March 1, 2011

The GMO Reality Check
When GMOs (genetically modified organisms) were first promoted back in the early nineties, it sounded as if the world was about to be saved from famine. These altered crops would produce much higher yields and the hungry could finally be fed. For regions of the planet where there was little rainfall, plants could be made drought resistant. Vitamins could be introduced, making genetically modified produce more nutritious. Crops would be made resilient to pests and could grow in spite of them. And lastly—the bit of information that would ease all other worries—there would be virtually no difference between these and conventionally grown crops that came before them. Like some experiment from a science fiction movie gone horribly wrong, we now witness the truth of GMOs. And the truth is many miles from the promises.
Read article by Andrew Kimbrell on the Organic Connections magazine website (USA)

For more GMO news, click here.

See also our 2001-2010 news archive, by clicking here.

Other Health-related News

March 8, 2011

Asia rice output threatened by pesticide overuse
The unbridled manufacture and use of pesticides in Asia is raising the spectre of "pest storms" devastating the region's rice farms and threatening food security, scientists have warned. Increased production of cheap pesticides in China and India, lax regulation and inadequate farmer education are destroying ecosystems around paddies, allowing pests to thrive and multiply, they said. The problem has emerged over the last decade and - if left unchecked - pests could lay waste to vast tracts of Asia's rice farms, according to scientists who took part in a workshop in Singapore last week. "There is increasing concern that the more we use pesticides in rice fields, it is actually making the pest problem worse," Australian scientist George Lukacs told AFP in an interview.
Read article in The Independent (UK)

March 4, 2011

EU bans hundreds of centuries-old herbal medicines: a solution without a problem?
Distorted core beliefs, manipulation and a cover-up lie behind the origins of the misconceived EU herbal directive and its implementation in Europe. Three court cases—two in Belgium and one in France, the most recent heard just 3 months ago—categorically find no link between Aristolochia and the kidney disease and carcinomas that became the focal point of the world’s worst case of alleged herbal medicine toxicity. This was of course the 1990 case of the Belgian slimming clinic run by medical doctors. The doctors’ ignorance, their desire to escape personal blame, their links with the ‘establishment’ and the subsequent manipulation by the scientists at Gent University who fudged a ‘conclusive link’ between the renal interstitial fibrosis and urothelial carcinoma and then named it “Chinese herb nephropathy”, all played their part in what reads like an Arthur Conan Doyle pastiche on Sherlock Holmes.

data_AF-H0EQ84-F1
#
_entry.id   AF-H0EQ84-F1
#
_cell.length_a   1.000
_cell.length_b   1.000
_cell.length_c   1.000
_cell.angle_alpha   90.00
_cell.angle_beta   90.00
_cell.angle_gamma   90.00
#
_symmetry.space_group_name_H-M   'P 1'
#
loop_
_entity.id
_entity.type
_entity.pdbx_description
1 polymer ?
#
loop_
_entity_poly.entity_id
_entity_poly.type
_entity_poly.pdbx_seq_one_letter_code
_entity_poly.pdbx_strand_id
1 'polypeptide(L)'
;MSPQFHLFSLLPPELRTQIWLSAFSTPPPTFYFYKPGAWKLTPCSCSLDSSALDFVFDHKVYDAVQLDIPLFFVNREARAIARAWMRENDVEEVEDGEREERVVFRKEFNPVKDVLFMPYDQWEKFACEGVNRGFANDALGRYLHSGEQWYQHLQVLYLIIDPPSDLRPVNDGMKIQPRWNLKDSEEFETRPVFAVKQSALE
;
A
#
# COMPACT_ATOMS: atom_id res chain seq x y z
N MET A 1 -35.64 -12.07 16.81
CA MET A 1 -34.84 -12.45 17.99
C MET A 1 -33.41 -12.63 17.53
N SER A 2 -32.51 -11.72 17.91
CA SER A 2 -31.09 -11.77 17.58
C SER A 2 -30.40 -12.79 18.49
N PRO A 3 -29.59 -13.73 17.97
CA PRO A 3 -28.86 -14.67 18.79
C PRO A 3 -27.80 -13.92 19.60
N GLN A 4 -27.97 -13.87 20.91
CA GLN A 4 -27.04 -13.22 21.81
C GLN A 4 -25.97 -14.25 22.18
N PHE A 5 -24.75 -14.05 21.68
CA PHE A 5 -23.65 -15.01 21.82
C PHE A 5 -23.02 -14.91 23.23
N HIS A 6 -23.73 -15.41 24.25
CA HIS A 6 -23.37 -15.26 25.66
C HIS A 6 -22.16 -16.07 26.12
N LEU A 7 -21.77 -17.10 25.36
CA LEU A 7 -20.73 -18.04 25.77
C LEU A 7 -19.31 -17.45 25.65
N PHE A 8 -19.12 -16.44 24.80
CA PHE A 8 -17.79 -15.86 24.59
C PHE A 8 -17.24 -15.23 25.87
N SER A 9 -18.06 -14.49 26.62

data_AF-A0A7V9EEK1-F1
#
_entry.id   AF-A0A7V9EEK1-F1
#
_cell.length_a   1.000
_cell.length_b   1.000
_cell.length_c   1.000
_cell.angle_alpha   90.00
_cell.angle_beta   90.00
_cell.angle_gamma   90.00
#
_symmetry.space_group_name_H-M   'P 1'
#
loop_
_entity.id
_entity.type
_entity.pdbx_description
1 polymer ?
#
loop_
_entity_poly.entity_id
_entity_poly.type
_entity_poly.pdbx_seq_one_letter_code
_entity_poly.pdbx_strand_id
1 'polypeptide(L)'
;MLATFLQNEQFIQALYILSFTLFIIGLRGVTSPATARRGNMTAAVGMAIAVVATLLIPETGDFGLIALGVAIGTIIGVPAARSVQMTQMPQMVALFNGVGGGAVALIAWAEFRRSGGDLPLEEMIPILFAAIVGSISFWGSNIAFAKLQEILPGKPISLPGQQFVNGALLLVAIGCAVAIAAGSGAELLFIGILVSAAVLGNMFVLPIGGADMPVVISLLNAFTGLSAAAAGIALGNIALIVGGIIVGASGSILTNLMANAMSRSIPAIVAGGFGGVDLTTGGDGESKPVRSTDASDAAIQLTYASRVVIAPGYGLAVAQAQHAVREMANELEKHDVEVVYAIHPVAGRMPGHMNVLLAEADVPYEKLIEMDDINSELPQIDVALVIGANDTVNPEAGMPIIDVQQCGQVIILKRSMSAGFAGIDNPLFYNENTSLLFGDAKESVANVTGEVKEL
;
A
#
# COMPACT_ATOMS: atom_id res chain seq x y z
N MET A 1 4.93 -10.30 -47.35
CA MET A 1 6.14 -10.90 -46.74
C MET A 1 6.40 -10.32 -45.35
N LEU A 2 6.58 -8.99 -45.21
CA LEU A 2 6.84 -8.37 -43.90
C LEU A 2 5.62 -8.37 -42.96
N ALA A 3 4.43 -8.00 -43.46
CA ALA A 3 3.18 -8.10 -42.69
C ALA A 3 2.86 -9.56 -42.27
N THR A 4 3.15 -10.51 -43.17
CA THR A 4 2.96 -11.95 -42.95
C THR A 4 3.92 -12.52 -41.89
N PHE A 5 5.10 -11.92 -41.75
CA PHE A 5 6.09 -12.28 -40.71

Read blog entry by Dr Robert Verkerk on the Alliance for Natural Health (Europe) website

For more health-related news, click here.

See also our 2001-2010 news archive, by clicking here.

Political News

March 3, 2011

Survey: Czechs' trust in EU lowest in history
Czechs' trust in the European Union is at a historical low of 46 percent, according to the latest poll conducted by the STEM polling agency, which has monitored the trust since 1994, and released to CTK Wednesday. Public trust in the EU has dropped under 50 percent for the first time in history.
Read article on the Prague Daily Monitor website (Czech Republic)

February 21, 2011

MEPs question 'Big Brother' urban observation project
Greek MEP Stavros Lambrinidis, a vice-president of the European Parliament, has called on the European Commission to clarify the purpose of an EU-funded project that develops "observation" algorithms to enhance the "security of citizens in urban environments". In an interview with EurActiv Germany, Socialists & Democrats MEP Lambrinidis warned that the project aims to access "all existing feeds in cameras, in the Internet, in DNA databases and even on personal computers". The INDECT project, launched under the European Commission's research programme, develops "algorithms" through "observation" to enhance the "security of citizens in urban environments". According to the MEP, the cameras don't just register crimes but also "abnormal behaviour". This, he says, can introduce "Big Brother into our lives".
Read article at euractiv.com

For more political news, visit the news pages on the website of the International Alliance for Health, Peace and Social Justice, and the news page on the European Referendum Initiative website. Citizens of the UK can find additional UK-orientated news stories on the Reject the EU website.